FINS 2510 R - Introduction to Quebec Society (English version)
The evaluation for this course does not include formal seated exams, so no distance proctoring arrangements are required.
This online course surveys geographical, historical, demographic, cultural, political and social developments in Québec, relations with English Canada and debates on identity and nationalism. Also available in French as CDNS 2511/FINS 2511.
Be introduced to Québec from the comfort of your home! Did you know that Canadiens was the sole name of French Canadians until the late XIXth century? That Canada existed for quite some time before 1867? In this fully online course, we will do a survey of geographical, historical, demographical, cultural, political and social developments in Québec, from the colonial period to the present. This course is intended to provide students with a broad understanding of the narrative of Quebec history, incorporating the main themes that continue to shape Quebec's culture and especially its relationship especially its relationship to memory - "Je me souviens." These themes include the evolving structures and values of Quebec society, cultural production and policies, relations with English Canada, and debates on identity and nationalism.
The weekly lectures and mandatory readings are an integral part of this course. With a firmer understanding of Quebec's development, from New France, to the Patriots' Rebellions of 1837-1838, to the period of terrorism in the 1970s and the subsequent referendums on sovereignty, students will be better equipped to pursue their studies in Canadian Studies and Quebec Studies. In particular, students will be able to contribute to debates about federalism, national identity, Quebec's distinctiveness and multiculturalism. No textbook. Mandatory readings are available online.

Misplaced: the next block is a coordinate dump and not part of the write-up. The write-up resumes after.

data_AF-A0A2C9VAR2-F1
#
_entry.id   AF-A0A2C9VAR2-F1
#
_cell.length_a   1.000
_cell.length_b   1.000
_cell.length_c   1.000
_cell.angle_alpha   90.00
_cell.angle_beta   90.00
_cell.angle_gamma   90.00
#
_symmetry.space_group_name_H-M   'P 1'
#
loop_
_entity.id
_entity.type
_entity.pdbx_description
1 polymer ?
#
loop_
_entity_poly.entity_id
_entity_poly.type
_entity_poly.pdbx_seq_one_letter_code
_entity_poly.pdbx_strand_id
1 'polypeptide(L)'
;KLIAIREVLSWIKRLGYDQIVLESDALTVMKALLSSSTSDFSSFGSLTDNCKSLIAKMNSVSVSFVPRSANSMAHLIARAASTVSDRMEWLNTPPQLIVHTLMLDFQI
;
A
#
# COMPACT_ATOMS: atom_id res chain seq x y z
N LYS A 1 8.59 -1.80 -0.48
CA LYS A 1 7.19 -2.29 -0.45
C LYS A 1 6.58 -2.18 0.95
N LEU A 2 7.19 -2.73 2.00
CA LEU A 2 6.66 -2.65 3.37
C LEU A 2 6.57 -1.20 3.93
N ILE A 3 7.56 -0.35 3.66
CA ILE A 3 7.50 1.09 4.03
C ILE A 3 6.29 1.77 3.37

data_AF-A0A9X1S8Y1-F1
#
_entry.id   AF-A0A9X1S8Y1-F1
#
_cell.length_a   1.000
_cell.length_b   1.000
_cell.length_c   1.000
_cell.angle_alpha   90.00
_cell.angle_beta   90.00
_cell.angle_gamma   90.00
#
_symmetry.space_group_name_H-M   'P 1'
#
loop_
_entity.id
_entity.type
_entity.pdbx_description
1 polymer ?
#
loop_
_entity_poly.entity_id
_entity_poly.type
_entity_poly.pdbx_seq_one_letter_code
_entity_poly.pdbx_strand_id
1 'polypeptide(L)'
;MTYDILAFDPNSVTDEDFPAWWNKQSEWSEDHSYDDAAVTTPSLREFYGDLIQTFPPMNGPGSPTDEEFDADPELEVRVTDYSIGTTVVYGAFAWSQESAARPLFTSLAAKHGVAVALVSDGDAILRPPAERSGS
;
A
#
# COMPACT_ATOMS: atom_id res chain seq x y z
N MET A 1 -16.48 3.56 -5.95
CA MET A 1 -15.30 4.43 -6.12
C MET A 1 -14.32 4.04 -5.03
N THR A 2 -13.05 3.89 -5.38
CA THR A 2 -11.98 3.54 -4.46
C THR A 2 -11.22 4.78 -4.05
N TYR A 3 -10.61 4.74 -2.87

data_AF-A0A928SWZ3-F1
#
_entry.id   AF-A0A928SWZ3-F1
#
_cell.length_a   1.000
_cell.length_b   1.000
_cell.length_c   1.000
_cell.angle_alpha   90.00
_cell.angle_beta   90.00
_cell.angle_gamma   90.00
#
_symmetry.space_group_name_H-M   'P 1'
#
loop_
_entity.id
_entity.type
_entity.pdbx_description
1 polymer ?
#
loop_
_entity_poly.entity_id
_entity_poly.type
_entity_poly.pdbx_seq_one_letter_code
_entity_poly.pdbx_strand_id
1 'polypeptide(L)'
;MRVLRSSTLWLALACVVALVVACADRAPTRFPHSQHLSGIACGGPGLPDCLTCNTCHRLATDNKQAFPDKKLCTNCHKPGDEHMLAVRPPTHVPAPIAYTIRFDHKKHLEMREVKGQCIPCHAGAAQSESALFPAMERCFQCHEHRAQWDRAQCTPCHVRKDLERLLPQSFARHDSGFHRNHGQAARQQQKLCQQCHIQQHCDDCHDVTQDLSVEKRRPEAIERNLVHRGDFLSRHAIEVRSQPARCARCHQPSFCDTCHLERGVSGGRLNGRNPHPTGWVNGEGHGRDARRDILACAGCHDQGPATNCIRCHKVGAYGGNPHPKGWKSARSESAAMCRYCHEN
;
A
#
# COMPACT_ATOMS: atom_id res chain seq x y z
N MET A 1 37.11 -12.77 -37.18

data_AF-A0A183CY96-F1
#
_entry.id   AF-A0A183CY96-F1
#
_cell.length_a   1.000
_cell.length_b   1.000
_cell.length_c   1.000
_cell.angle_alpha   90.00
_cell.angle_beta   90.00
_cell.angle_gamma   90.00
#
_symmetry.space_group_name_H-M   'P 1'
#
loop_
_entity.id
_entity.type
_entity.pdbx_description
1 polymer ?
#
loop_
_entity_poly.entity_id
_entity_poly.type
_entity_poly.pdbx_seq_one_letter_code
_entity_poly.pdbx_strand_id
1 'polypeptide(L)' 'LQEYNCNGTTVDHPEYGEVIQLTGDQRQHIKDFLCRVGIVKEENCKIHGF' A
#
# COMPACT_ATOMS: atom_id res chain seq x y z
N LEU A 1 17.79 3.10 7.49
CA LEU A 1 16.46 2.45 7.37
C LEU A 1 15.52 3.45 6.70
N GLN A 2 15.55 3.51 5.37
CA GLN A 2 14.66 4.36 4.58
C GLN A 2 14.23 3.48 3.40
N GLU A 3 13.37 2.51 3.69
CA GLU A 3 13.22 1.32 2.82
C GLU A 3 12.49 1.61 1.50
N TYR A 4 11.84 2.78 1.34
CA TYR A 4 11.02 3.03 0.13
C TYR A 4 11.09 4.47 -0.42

This course was funded by the Government of Ontario through the Shared Online Course Fund.
CRN for section R: 12426
Instructor: Anne Trepanier
About the instructor: Originally from Quebec City, I graduated in history at Laval University. I then mastered in rhetoric at McGill University, after which I did a second master in political philosophy at Centre Raymon-Aron (EHESS, Paris). I came back to Laval University for a doctorate in Quebec history and historiography and then completed a post-doctorate in sociology at the University of Ottawa.
As a professional educator, I see my task as fostering experiential learning, and I view students as equals. To me, mutual respect is a key component of both teaching and learning. Inspired by Socratic methods, my teaching is student-centered. I see myself as a tour guide, choosing the scenic route and allowing students to have a broader view, conceptual, theoretical or historical, before diving in their own projects.
For more information, please contact: 613.520.4055 or email CUOL at firstname.lastname@example.org